Marlborough spies on the world
We live in a beautiful, quiet part of the World - the
Province of Marlborough, New Zealand.
I did not realise until a couple of weeks ago that
Marlborough has 'technically' played a part in the war in Iraq. According to
one NZ MP (Green Party) Keith Locke the Waihopai spy base in Marlborough is
being used as part of a dirty tricks campaign by the United States - to spy on
fellow United Nations members. Waihopai is apparently part of the "Echelon"
programme that globally intercepts electronic communications.
"The two satellite dishes at the Waihopai station near
Blenheim pull down all the phones, faxes and e-mails passing through two
communications satellites over the equator," Mr Locke said. "These messages
are filtered by the NSA for key words and sender and recipient details."
Communications from 'swinging' Security Council members like Pakistan or
Chile could well be forwarded from Waihopai to the NSA" Herald 5/3.
Security issues and 'business continuity plans' have been
a hot topic since 9/11. Technology has come to the fore as many employee's are
greeted to work by ID swipe cards, metal detectors, x ray screening,
surveillance camera's and retina scans.
It is estimated that 70% of the businesses represented in the
world trade centre terror attacks did not recover -– primarily because they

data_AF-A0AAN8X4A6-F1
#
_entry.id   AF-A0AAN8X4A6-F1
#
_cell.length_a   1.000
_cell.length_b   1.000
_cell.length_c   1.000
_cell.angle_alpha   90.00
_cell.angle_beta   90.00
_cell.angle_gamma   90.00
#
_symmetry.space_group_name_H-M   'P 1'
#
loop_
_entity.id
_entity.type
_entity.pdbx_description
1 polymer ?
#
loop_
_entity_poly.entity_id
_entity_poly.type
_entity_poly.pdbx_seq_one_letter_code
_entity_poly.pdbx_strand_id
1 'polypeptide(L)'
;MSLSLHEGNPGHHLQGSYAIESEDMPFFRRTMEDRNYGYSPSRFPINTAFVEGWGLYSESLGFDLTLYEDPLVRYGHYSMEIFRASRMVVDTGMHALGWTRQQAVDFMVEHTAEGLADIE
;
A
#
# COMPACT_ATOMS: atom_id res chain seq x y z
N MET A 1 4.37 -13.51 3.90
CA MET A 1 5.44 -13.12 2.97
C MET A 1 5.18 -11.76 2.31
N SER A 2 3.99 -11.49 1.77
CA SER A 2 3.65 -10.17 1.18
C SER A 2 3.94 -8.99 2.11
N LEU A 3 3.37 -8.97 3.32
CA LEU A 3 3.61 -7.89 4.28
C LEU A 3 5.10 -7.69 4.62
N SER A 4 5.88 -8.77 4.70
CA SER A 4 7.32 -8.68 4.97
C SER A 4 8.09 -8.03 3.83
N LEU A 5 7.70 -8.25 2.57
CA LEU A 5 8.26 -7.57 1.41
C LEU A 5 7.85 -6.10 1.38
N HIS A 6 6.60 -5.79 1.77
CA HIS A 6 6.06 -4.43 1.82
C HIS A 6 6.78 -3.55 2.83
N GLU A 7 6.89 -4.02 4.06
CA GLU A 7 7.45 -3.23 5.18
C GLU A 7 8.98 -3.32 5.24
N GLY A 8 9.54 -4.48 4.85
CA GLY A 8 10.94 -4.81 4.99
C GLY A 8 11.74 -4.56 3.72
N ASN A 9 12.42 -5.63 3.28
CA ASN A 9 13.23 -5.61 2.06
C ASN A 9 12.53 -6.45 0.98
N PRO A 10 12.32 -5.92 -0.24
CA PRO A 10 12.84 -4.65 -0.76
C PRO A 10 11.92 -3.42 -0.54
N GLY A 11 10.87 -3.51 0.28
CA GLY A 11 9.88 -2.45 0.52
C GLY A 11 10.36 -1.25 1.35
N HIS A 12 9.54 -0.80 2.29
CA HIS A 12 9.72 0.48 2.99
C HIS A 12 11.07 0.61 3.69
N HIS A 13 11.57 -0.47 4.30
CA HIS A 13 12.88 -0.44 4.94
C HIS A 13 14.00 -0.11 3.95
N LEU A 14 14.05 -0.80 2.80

lost their hardware, software and other vital records. With terrorist's
threatening to hit 'soft targets' around the globe, hotels and
people-businesses are needing to re-strategise their safety procedures, not
having been built with terrorism in mind.
A bizarre crime in New Zealand in 1999 became the catalyst
for the development of new laws which focus on "E Crime". It followed the
Appeal Court case of R v. Wilkinson, which threw out a theft conviction
involving a convoluted electronic transfer of funds. Theft didn't apply
because nothing physical was stolen.
The story was reported in the Business Herald 4/3..."It was
a small loophole for an unusual type of transfer that could be fixed with a
better definition of "property". But the scare was enough to let the law
making dogs out. Leading the pack was the Law Commission, which in May 1999
produced its Computer Misuse report." (www.lawcom.govt.nz/documents/publications/R54.pdf).
In the Misic case, the Appeal Court ruled that the existing
definition of "document" applied to electronic as well as paper mediums -–
opening the way for successful fraud and forgery prosecutions.
In making hacking illegal, the bill would also permit police
and security services to hack. At present the police can't legally hack -–
interception warrants apply only to oral communications.
"...It's not quite the same with the SIS or GCSB, which
are probably hacking at this very moment and we wouldn't even know."
The prosect for abuse of this new found power to monitor
computers from a remote location, to hack into computer databases and to monitor
systems with keyword searching is a concern expressed by both Privacy
Commissioner Bruce Slane (www.privacy.org.nz/slegisf.html) and the Greens
(www.grens.org.nz/campaigns/sis/snoopfactsheet.html) whose opposition to
the bill has delayed its passage.
Robots, farming and Matilda
Matilda the cloned sheep has died. It appears that it's one
thing to clone a creature and replicate life, and another thing to keep
the cloned being alive for a decent term, with any semblance of quality of life.
Illness and fragility of life seem to plague the recipients of cloned life.